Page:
Even ignoring the numbers, Henderson’s playmaking tape is absurd, which again makes me question where the disconnect comes in those who view it as a skill that hasn’t progressed. My hypothesis is that it is due to Henderson reining back the flashy, out-of-control assists we saw in year one in favor of further developing the more nuanced aspects of his playmaking.
In year one, Henderson’s overall possessions and assists generated 1.134 points per possession (PPP), which ranked in the 28th percentile, per Synergy. In the halfcourt, this number was 1.090 PPP (23rd percentile. In year two, though, Henderson overall generated 1.178 PPP (60th percentile) and 1.123 PPP (55th percentile) in the halfcourt. Year one’s assists may have been more prone to the highlight mix, but year two’s assists were much more effective.
Here, we see Henderson in his first season with the Ignite execute a gorgeous drive and kick. By receiving the handoff near midcourt, Henderson is able to get a full head of steam attacking the rim. This doesn’t allow his defender to get rim side and forces the full rotation from the help defender. Henderson elevates from outside the lane but can’t get a shot off. Instead, he levitates out of bounds while reading the lone weak side defender. Henderson sees the defender shade more toward the corner shooter, so he delivers a bullet of a pass for the open three above the break.
Just because Henderson toned back on the absurdity doesn’t mean that it disappeared altogether. Here, Henderson crosses over the defender after coming off the screen and explodes to the middle of the floor. His attack forces three defenders to collapse on him. As he elevates, Henderson is reading the weak side to see who becomes available. As the defender rotates to the corner, Henderson kicks it to the wing for the open three.
Very few players read and exploit the weak side of a defense like Henderson does. This time, a standard high pick-and-roll gets Henderson attacking the interior. Henderson quickly reads both defenders are staying with him and that the help defender has two feet in the lane to deal with the roller. Without hesitation, Henderson delivers a live dribble skip pass for the open three.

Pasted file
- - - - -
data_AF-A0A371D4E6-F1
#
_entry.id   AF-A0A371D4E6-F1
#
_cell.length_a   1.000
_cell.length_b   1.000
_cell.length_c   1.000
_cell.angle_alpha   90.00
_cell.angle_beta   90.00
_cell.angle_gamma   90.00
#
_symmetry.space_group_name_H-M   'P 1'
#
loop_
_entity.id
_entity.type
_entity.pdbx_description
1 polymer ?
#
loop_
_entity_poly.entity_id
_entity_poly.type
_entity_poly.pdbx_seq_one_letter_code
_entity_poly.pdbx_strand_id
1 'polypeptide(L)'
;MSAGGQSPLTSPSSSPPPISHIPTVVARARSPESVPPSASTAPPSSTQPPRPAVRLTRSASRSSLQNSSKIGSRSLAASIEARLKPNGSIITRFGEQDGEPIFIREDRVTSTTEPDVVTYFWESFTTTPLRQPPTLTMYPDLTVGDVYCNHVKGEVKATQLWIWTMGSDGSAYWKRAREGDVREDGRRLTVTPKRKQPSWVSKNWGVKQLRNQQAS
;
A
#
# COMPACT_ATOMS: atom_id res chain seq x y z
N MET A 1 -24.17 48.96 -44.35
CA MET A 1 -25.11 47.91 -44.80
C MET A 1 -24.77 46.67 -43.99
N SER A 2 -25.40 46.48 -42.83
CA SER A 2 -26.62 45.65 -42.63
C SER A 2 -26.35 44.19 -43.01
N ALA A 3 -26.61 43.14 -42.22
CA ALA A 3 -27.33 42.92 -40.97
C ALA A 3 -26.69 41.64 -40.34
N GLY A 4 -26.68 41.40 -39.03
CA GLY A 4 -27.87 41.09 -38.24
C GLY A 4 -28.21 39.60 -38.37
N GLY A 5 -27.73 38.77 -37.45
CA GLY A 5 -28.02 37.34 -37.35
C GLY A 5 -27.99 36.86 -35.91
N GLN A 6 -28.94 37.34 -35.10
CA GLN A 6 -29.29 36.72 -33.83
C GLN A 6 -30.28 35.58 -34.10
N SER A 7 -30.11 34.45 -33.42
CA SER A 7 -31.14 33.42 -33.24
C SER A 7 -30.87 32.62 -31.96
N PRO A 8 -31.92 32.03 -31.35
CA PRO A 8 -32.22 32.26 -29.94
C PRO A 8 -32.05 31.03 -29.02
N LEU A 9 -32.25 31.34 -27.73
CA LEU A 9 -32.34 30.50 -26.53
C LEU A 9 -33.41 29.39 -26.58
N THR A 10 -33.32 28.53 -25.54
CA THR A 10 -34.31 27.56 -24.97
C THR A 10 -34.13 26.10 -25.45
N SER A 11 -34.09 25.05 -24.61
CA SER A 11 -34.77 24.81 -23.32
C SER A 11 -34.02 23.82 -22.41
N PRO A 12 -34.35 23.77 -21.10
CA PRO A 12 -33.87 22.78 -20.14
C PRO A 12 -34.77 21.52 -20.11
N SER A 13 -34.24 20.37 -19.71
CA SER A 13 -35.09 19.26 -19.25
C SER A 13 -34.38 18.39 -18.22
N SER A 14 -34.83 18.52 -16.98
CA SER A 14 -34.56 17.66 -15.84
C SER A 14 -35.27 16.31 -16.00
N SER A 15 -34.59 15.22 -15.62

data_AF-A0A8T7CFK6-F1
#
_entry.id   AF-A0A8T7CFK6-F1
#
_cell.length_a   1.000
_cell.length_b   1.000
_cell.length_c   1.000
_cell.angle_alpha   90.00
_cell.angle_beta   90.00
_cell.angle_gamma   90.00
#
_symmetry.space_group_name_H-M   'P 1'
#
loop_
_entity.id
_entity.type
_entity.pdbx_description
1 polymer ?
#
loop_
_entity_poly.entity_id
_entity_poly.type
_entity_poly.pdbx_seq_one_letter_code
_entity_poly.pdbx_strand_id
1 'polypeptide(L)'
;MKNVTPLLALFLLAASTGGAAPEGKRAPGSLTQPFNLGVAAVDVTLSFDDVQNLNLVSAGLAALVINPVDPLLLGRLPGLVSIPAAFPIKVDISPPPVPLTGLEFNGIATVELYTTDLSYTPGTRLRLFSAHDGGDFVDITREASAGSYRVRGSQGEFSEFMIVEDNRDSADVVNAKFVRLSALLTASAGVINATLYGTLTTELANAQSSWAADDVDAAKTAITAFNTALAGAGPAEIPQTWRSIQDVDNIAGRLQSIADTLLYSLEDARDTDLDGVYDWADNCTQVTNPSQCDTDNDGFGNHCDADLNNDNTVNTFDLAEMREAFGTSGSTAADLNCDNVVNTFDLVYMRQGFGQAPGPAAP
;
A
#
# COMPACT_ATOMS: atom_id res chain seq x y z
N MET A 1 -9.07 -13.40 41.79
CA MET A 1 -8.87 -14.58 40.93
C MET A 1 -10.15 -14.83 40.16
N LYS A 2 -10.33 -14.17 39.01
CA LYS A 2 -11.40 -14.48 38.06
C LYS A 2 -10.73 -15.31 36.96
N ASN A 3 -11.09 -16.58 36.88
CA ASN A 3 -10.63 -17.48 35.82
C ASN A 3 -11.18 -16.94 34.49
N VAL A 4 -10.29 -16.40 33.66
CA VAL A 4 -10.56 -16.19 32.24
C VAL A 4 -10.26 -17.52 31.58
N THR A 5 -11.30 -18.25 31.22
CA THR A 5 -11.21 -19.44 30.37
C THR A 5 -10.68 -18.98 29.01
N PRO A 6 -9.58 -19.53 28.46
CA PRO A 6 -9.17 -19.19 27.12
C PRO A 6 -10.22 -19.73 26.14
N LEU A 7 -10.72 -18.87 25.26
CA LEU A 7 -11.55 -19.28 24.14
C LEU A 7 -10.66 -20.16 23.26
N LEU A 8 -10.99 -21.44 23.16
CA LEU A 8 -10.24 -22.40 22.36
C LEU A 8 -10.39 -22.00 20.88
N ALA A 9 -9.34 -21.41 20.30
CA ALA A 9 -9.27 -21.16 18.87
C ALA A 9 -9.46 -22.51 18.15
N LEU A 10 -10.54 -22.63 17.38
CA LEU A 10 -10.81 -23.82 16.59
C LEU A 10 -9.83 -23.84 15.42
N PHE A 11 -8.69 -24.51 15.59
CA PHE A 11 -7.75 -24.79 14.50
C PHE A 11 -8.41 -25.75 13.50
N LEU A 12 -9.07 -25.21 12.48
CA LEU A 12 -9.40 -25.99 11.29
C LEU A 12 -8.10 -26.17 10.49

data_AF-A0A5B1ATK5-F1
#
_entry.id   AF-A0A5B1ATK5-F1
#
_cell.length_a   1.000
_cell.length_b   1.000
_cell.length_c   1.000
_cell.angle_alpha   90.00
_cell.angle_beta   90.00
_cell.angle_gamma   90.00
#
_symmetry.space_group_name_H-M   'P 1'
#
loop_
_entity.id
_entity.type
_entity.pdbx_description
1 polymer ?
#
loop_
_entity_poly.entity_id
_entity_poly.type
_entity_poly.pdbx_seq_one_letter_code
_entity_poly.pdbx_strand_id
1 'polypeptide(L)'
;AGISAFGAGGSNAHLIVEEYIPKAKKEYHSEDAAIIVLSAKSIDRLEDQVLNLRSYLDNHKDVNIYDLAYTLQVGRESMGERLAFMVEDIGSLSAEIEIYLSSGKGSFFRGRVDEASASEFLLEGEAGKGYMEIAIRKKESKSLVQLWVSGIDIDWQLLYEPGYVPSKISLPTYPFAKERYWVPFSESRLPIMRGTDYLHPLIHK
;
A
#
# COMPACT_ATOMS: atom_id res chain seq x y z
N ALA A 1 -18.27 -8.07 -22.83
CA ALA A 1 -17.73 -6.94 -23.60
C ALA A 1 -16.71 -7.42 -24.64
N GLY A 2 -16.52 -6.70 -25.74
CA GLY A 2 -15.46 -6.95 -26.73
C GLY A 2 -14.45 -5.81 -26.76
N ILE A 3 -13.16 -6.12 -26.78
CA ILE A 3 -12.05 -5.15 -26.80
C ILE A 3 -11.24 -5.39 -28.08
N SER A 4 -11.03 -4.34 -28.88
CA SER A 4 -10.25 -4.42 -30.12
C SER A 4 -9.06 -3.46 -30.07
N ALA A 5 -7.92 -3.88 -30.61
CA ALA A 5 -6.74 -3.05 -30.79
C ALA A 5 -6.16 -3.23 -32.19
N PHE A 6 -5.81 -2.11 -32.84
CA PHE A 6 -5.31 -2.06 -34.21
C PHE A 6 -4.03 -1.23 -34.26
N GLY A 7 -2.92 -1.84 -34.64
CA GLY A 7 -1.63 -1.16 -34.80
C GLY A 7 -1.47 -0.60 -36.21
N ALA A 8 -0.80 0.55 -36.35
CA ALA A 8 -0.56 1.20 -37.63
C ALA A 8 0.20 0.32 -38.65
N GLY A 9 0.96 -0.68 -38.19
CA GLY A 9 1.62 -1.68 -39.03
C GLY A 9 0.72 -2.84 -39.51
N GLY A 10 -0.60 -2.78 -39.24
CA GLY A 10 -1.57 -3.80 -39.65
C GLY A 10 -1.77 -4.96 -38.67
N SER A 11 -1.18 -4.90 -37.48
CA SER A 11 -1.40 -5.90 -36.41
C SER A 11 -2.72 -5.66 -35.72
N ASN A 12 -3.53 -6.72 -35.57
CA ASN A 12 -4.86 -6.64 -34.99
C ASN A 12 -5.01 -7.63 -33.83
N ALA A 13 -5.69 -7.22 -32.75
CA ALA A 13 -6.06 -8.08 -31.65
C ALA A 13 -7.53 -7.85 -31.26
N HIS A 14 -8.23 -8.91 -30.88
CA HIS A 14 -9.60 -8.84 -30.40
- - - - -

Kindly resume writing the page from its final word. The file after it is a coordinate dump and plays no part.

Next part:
Henderson doesn’t even need to be attacking to make this type of play, though. Here, Henderson is on the wing and sees the help defender preemptively helping on Henderson’s rim pressure. Henderson catches the defender sleeping and delivers another perfect live dribble skip pass for the open three.
Exploiting the weak side of the floor has been a tool in Henderson’s bag for a while because his rim pressure regularly forces defensive rotations that create those opportunities. The more encouraging growth, though, came with some of the subtleties in his pick-and-roll playmaking, primarily to the roller.
Here, Henderson comes off the screen and explodes into what looks like a midrange pull-up. This action forces the drop defender to step to Henderson, which creates a bigger pocket for Eric Mika to roll into. At the same time, the low man weak side defender freezes for a second on his rotation, thinking he’s about to have to box out his man crashing the offensive glass. Mika gets an easy layup.
Henderson is the most polished and versatile playmaker in this class. He knows the weak side like the back of his hand, constantly forces defensive rotations that he’s eager to exploit, and improved tremendously at setting up the roller. Amy Poehler described Joy as “The engine. She keeps everyone moving and happy.” That is exactly what Henderson’s playmaking does.
Again, this is not me saying that Henderson’s defense engenders the feeling of sadness, no matter how underwhelming it was this season. Too frequently, elite prospects get a pass on their defense, or guards get hit with the label of “well, you can just hide him.” Henderson’s defense aligns with the character Sadness because it is misunderstood and too frequently misused.
Sadness spends most of the movie as a useless irritant who just makes things worse. That is until Joy recognizes her importance and that not everything can be masked over with a smile. Henderson’s defense is the same. Whatever team selects Henderson can try to hide his defense or not view it as a priority. He’ll still likely be an excellent player. However, if that team realizes his defensive potential and the importance of him being a good defender, the possibilities are endless.
Before diving into the good stuff, it’s important to note that Henderson was mostly a bad defender this season. The Ignite had a defensive rating of 118.4 with him on the court. Their overall defensive rating was 115.3, and the worst in the league was 120.6. Henderson consistently fell asleep off ball, and floundered defending the pick-and-roll with either lazy footwork or screwing up the coverage.
Here, Henderson prepares to defend the pick-and-roll by preemptively positioning against the screen. The ball-handler quickly denies the screen, and Henderson’s response is a halfhearted reach in. Henderson is immediately out of the play, and his teammate has to bail him out with a foul.
Away from the ball, Henderson constantly lost his man. Here, his ball-watching couldn’t be more obvious as he turns his back on his man and watches the ball for multiple passes before giving up the open layup.